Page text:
Become a fan of Slashdot on Facebook


Forgot your password?
Electronic Frontier Foundation Privacy Cellphones Your Rights Online

EFF Offers an Introduction To Traitorware 263

theodp writes "The EFF's Eva Galperin offers a brief primer on Traitorware, devices that act behind your back to betray your privacy. 'Your digital camera may embed metadata into photographs with the camera's serial number or your location,' writes Galperin. 'Your printer may be incorporating a secret code on every page it prints which could be used to identify the printer and potentially the person who used it. If Apple puts a particularly creepy patent it has recently applied for into use, you can look forward to a day when your iPhone may record your voice, take a picture of your location, record your heartbeat, and send that information back to the mothership.' She concludes: 'EFF will be there to fight it [Traitorware]. We believe that your software and devices should not be a tool for gathering your personal data without your explicit consent.'"
This discussion has been archived. No new comments can be posted.

EFF Offers an Introduction To Traitorware

Comments Filter:
  • by ZDRuX ( 1010435 ) on Sunday December 26, 2010 @01:46PM (#34670686)
    What happens when the government starts analyzing these signs to determine you might be up to no good? Regardless if a crime has taken place or not? If your heart rate is elevated or you're palms are sweating, and you're close to an airport/school/gov office building/whatever, you might be planning an attack, why not just be on the safe side and have you come down with the nice men in black down to the local station for questioning?
  • by Bromskloss ( 750445 ) <auxiliary,address,for,privacy&gmail,com> on Sunday December 26, 2010 @02:10PM (#34670806)

    Is there a list of this kind of products? When I buy a camera or a printer I'd like to know which ones hide serial numbers or the like in the images they produce. EFF should maintain such a list, I think.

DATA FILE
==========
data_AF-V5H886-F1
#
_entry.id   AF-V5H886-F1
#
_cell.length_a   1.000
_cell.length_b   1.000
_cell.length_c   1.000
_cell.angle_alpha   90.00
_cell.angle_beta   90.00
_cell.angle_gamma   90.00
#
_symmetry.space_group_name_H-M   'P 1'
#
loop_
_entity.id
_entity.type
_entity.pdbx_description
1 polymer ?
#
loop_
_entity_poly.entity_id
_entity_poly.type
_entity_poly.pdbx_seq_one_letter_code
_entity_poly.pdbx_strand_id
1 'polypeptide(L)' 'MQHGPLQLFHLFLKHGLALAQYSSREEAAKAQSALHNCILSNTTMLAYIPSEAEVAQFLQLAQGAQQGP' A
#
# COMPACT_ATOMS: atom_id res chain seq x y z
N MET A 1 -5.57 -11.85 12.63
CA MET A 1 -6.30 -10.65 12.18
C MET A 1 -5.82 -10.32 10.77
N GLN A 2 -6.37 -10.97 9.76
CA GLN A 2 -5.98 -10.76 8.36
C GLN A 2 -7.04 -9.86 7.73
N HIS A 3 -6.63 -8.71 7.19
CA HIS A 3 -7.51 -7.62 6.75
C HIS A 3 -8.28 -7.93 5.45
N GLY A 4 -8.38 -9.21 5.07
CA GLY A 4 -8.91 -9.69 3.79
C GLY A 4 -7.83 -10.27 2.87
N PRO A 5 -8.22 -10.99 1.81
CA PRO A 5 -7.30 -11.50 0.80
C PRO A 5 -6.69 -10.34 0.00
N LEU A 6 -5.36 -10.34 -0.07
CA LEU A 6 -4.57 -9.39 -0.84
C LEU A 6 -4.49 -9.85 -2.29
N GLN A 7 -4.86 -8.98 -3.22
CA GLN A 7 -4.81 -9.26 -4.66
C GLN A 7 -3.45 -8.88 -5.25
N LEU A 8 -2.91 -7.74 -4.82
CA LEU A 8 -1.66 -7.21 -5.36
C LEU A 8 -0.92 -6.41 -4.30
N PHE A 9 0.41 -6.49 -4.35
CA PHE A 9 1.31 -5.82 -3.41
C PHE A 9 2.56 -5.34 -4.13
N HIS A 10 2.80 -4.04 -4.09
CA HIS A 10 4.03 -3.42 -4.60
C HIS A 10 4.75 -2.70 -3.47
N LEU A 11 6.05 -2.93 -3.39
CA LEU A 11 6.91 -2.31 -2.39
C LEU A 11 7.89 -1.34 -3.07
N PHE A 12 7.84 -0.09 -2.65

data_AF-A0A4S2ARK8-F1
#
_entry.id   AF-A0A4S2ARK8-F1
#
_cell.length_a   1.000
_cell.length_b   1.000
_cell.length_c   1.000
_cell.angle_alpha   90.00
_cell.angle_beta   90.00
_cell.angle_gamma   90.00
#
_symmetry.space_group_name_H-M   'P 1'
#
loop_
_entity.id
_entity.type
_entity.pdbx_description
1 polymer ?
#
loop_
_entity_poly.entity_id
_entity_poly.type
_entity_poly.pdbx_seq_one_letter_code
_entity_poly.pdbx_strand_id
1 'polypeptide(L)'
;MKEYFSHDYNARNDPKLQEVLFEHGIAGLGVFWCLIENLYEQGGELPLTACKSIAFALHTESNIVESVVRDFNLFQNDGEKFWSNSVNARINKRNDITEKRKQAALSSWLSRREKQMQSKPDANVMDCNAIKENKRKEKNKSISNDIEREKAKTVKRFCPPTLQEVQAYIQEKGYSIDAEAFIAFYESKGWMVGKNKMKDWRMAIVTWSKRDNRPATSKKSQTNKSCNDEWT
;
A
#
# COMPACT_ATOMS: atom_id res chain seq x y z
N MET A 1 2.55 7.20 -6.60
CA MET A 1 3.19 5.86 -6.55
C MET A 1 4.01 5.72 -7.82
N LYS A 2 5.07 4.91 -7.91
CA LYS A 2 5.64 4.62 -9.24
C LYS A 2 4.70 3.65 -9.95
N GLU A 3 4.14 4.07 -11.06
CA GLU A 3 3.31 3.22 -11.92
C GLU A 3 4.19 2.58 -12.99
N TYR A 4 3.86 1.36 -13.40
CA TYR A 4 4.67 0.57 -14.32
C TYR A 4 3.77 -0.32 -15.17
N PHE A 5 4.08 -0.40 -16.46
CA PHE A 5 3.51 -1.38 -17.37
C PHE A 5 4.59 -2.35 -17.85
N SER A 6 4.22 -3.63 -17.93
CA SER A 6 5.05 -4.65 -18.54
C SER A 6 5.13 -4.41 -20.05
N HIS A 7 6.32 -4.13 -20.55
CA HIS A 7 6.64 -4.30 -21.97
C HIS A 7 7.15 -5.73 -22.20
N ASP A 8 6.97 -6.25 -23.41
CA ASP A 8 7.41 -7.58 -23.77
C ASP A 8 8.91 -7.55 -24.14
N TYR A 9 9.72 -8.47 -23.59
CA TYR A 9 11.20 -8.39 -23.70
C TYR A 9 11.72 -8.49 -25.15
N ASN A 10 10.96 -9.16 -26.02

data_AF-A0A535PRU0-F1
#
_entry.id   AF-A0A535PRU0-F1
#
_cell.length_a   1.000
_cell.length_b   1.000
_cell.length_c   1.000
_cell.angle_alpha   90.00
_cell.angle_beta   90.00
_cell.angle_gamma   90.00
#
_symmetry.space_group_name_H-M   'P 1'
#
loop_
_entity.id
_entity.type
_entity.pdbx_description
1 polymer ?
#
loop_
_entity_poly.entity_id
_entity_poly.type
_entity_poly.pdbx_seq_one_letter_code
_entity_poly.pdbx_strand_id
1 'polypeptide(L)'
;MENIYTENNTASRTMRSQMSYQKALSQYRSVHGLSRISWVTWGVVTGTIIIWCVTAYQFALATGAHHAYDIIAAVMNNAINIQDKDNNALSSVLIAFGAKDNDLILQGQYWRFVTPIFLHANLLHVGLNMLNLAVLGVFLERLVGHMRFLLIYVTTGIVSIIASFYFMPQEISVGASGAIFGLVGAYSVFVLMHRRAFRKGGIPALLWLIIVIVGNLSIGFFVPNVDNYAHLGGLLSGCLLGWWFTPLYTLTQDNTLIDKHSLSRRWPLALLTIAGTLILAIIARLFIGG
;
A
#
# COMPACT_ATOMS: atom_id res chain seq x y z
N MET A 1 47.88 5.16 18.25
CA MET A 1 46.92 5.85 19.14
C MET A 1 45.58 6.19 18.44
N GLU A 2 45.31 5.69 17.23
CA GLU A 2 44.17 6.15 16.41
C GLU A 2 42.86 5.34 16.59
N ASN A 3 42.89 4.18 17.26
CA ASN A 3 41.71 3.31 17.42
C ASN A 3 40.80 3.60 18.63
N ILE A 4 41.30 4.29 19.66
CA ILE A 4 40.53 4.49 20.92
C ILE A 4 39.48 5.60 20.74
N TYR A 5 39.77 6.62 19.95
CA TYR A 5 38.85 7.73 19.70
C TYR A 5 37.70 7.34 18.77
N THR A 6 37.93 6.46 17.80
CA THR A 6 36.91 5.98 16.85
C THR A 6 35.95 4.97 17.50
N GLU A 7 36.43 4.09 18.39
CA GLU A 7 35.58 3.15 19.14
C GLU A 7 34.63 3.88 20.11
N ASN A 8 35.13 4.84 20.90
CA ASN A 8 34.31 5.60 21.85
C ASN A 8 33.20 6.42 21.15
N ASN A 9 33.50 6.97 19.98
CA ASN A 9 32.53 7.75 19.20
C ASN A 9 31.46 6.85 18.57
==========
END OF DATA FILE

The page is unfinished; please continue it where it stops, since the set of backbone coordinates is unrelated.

• by Frosty Piss ( 770223 ) * on Sunday December 26, 2010 @02:13PM (#34670824)
    Yes but this guys FAILED because he didn't even TRY to remove the "meta data". As with MS Work files, Open Office saves who and when for a file. This is "common" knowledge, "my grandmother knows this".
  • Et Tu, GPS? (Score:4, Interesting)

    by theodp ( 442580 ) on Sunday December 26, 2010 @02:19PM (#34670854)

    How Much Information Does Your GPS Store About Where You Have Been? [] So, is Max Speed on your GPS a bug or a feature?

  • by mlts ( 1038732 ) * on Sunday December 26, 2010 @02:52PM (#34671022)

    Bad thing #1: Locking down devices. Right now, people like the Dev Team jailbreak stuff within a month or two of release. However, eventually hardware chips will get added that are as hard if not harder than baseband modules to crack. Perhaps chips that "supervise" the OS, and if it runs something out of some strict parameters, the device gets shut down until taken to a $AUTHORIZED_STORE and fixed there.

    Neutral thing #2: Phones do a lot. They acquire a lot of knowledge about the carrier.

    Bad thing #3: Info by #2 is sent back home to carriers.

    Bad thing #4: A combined push by LEOs and our *IAAs to find more info about people to start criminal or civil proceedings with ease. Remember, it wasn't that long ago that suing users in the thousands for having a song available, or snarfing a video clip was not thought of.